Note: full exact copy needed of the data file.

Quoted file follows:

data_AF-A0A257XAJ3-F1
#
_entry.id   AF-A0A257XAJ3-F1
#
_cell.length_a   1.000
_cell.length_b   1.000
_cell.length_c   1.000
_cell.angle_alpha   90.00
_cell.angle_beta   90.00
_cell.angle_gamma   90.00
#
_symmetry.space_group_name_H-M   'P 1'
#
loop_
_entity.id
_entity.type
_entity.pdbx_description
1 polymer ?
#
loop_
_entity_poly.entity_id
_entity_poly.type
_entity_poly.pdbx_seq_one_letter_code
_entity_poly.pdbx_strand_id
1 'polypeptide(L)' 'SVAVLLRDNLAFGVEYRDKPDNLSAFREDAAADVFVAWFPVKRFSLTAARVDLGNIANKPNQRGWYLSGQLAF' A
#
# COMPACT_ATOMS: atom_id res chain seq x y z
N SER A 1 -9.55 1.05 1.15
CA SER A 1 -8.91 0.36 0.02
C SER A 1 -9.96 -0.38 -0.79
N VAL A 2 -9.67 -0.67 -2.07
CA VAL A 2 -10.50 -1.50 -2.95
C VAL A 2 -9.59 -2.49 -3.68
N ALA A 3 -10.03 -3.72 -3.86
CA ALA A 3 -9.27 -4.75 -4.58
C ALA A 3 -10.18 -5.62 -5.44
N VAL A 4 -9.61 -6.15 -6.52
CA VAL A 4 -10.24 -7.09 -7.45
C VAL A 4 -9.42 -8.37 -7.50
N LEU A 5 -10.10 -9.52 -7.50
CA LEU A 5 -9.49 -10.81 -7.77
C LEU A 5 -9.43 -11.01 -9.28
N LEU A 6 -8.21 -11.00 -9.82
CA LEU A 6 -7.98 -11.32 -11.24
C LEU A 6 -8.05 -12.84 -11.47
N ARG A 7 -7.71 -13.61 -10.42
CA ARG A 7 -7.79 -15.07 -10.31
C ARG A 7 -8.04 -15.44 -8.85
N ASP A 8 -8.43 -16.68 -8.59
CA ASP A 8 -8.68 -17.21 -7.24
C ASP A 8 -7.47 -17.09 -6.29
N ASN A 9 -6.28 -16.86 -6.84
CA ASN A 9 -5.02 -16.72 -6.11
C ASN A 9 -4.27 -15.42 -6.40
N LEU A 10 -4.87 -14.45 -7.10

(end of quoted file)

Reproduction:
data_AF-A0A257XAJ3-F1
#
_entry.id   AF-A0A257XAJ3-F1
#
_cell.length_a   1.000
_cell.length_b   1.000
_cell.length_c   1.000
_cell.angle_alpha   90.00
_cell.angle_beta   90.00
_cell.angle_gamma   90.00
#
_symmetry.space_group_name_H-M   'P 1'
#
loop_
_entity.id
_entity.type
_entity.pdbx_description
1 polymer ?
#
loop_
_entity_poly.entity_id
_entity_poly.type
_entity_poly.pdbx_seq_one_letter_code
_entity_poly.pdbx_strand_id
1 'polypeptide(L)' 'SVAVLLRDNLAFGVEYRDKPDNLSAFREDAAADVFVAWFPVKRFSLTAARVDLGNIANKPNQRGWYLSGQLAF' A
#
# COMPACT_ATOMS: atom_id res chain seq x y z
N SER A 1 -9.55 1.05 1.15
CA SER A 1 -8.91 0.36 0.02
C SER A 1 -9.96 -0.38 -0.79
N VAL A 2 -9.67 -0.67 -2.07
CA VAL A 2 -10.50 -1.50 -2.95
C VAL A 2 -9.59 -2.49 -3.68
N ALA A 3 -10.03 -3.72 -3.86
CA ALA A 3 -9.27 -4.75 -4.58
C ALA A 3 -10.18 -5.62 -5.44
N VAL A 4 -9.61 -6.15 -6.52
CA VAL A 4 -10.24 -7.09 -7.45
C VAL A 4 -9.42 -8.37 -7.50
N LEU A 5 -10.10 -9.52 -7.50
CA LEU A 5 -9.49 -10.81 -7.77
C LEU A 5 -9.43 -11.01 -9.28
N LEU A 6 -8.21 -11.00 -9.82
CA LEU A 6 -7.98 -11.32 -11.24
C LEU A 6 -8.05 -12.84 -11.47
N ARG A 7 -7.71 -13.61 -10.42
CA ARG A 7 -7.79 -15.07 -10.31
C ARG A 7 -8.04 -15.44 -8.85
N ASP A 8 -8.43 -16.68 -8.59
CA ASP A 8 -8.68 -17.21 -7.24
C ASP A 8 -7.47 -17.09 -6.29
N ASN A 9 -6.28 -16.86 -6.84
CA ASN A 9 -5.02 -16.72 -6.11
C ASN A 9 -4.27 -15.42 -6.40
N LEU A 10 -4.87 -14.45 -7.10